We’ve got a show in Germany in September and it’s just going to be just him and I, much like the Dunlop video, but for a full set.  That seems to really work. We play off each other very well in an intimate setting. These songs are very personal and introspective so when it’s just him and I, it sort of makes sense. That said, I miss Morgan being there. He brings so much to the songs and to our dynamic. Hopefully we’ll be able to play a couple shows with him soon.

I’ve heard that a new Casualties record is coming together, slowly but surely. Tell us about that, to the extent that you can, at this point.

It’s coming. We’ve both been super busy. It’s definitely miles away but it’s always in the back of our minds. The beauty of Casualties is neither of us want it to be a stressful experience. That project is like a musical vacation and i think that’s why it sounds like it does. So I don’t know when we’ll put another one out? Someday!


Solo work

The two albums listed on your Bandcamp- Underachiever and Volume 1, have a bit of time between them. Has that been because of other commitments, or did you allow time for your creative process, or both?

I think with both of those records I never fully took myself seriously. I would put all of this work into an album and then when they didn’t turn out how I’d envisioned them or if anything went at all sideways I would just give up. I would take it as a sign that I wasn’t supposed to be doing this, that I wasn’t good enough and I’d stop writing for a bit. Which never lasted. I could never quite give it up completely and then I’d start the cycle again. It was through Casualties and through watching Devin work so hard that I realized I was being way too hard on myself and that it was important to me to have more control in the studio and to come with a fully realized idea. I admitted to myself that I was good enough, that this was what I was meant to do, if only for the fact that I’m just physically and mentally unable to put it aside. I can’t quit being a songwriter or a performer. When I try, I don’t feel right. The world loses its lustre.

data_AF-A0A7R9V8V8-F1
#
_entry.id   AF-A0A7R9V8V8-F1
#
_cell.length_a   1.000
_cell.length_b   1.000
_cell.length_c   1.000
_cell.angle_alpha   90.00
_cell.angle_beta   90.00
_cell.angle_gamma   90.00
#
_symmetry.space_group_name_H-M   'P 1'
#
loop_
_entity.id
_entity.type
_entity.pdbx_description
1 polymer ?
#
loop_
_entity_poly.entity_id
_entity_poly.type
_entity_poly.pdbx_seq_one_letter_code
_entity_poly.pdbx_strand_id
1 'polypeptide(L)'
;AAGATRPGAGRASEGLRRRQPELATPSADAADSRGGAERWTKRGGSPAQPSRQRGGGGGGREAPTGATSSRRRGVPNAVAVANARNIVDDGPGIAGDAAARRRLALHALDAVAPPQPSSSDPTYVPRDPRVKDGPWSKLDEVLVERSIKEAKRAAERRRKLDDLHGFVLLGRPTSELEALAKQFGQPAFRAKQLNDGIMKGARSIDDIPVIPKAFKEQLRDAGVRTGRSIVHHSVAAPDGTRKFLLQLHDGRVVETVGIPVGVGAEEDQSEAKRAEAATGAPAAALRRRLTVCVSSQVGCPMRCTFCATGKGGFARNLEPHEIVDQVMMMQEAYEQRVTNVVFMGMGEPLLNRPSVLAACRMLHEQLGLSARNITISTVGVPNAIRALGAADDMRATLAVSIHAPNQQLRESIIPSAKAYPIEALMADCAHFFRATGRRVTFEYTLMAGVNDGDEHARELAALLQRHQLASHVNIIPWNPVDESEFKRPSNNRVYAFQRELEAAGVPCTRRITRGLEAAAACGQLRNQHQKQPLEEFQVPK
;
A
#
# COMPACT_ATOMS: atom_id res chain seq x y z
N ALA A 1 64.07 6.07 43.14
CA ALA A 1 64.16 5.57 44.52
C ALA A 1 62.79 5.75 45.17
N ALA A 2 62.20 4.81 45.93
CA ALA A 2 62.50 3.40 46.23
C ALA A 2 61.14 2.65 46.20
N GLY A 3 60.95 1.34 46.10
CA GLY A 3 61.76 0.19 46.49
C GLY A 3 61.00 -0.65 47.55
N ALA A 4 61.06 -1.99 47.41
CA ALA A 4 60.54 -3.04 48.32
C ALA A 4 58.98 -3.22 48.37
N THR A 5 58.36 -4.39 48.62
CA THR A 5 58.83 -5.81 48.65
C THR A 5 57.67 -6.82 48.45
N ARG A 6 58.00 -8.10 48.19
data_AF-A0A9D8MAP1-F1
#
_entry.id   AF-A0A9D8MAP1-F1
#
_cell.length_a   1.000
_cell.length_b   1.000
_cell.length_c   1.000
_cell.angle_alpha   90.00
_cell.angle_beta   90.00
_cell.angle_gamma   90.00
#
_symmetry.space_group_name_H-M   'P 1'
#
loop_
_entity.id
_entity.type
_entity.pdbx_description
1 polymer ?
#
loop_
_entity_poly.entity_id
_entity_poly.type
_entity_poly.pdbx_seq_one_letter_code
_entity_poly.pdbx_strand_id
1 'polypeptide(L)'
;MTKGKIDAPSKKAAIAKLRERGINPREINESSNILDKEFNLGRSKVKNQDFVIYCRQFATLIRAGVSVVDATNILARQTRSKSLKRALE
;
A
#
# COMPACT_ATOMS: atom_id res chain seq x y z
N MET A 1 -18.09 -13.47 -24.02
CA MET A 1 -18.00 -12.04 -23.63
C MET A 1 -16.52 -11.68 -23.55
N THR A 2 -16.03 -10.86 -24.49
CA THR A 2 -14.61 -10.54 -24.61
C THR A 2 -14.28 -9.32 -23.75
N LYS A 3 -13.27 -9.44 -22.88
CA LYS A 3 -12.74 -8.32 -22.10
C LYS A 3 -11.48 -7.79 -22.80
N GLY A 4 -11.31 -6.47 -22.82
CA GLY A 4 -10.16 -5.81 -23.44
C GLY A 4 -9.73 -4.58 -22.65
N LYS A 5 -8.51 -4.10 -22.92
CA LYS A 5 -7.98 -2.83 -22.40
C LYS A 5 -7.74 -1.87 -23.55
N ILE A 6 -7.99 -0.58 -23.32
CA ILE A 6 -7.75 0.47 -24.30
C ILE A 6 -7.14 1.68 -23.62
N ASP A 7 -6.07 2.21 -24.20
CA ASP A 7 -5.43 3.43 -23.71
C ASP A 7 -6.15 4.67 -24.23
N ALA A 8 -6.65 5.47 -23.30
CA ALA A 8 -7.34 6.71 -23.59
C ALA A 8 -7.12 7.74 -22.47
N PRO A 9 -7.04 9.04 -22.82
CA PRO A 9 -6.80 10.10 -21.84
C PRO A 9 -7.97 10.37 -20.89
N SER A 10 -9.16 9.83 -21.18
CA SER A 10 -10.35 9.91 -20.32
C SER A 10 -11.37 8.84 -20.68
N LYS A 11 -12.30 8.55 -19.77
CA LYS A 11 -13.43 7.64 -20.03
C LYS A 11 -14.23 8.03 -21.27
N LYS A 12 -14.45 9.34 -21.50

This album, Between the Walls and the Window, marks the first time I have put myself fully into my own art and career. I haven’t held anything back and that’s incredibly scary. There’s a lot riding on this personally. But at the same time, if it doesn’t meet my expectations or something doesn’t work out with it, I’m not going to give up like I usually do. I’ll just move on to the next album and learn from this experience.

Do you play live very often? Where can people see you? 

I really don’t…..but that’s going to change this year. I plan to tour this album everywhere. Really give it a chance out there in the world.

Actually, if you really want to hear me sing, karaoke is my jam. I like to get up there and sing just the most depressing slow unknown songs I can find (usually pretty drunk) and let the pieces fall where they may. That’s my guilty pleasure. Half the time I don’t know the song so I just make up the melody. It’s not classy.

What can we expect next from Ché Aimee Dorval?

So you’re working on a project with Bob Rock (producer for acts such as Bon Jovi, Aerosmith, The Tragically Hip, Michael Buble, and many others). Tell us what you can!

It’s great. I’m really proud of what we’re doing. We’re working on it a little bit like how dev and I wrote Casualties and every month or so Bob will come down to Vancouver and we’ll track some vocals at the Warehouse. So far we have 2 fully finished songs and one on the way. They’re beautiful, very unique…I have no idea how to describe our sound. I will say that it’s unlike anything I’ve done so far. We work really well together and I’ve been such a fan of his for so many years so getting to work with him is a dream. We’re going to call ourselves Roche (pronounced Roach) and I love it.

A new solo album is coming soon! We’re really excited to hear it. Do you feel like the projects you work on influence your solo writing much? 

Casualties was a bit like going to school for me. I learned how to persevere, how to work hard and how to not suck quite so much at the guitar. I took all of that and applied it to this album. The songs I’ve written feel more like where I’m at at this point in my life but I think that’s also because I wrote these songs and then immediately went into the studio. I didn’t waste time second guessing myself.

Who would be your dream collaboration?

I would loooooovveeeeee to work with The Dirty Three. It would be so lovely to be able to do an album with them. Working with Massive Attack would be a dream. And if I could resurrect Nick Drake and work with him that would be tops.

Check out Ché Aimee Dorval’s website, like/follow her on social media, and stay tuned for more amazing things!

Leave a Reply

Fill in your details below or click an icon to log in: Logo

You are commenting using your account. Log Out /  Change )

Twitter picture

You are commenting using your Twitter account. Log Out /  Change )

Facebook photo

You are commenting using your Facebook account. Log Out /  Change )

Connecting to %s

This site uses Akismet to reduce spam. Learn how your comment data is processed.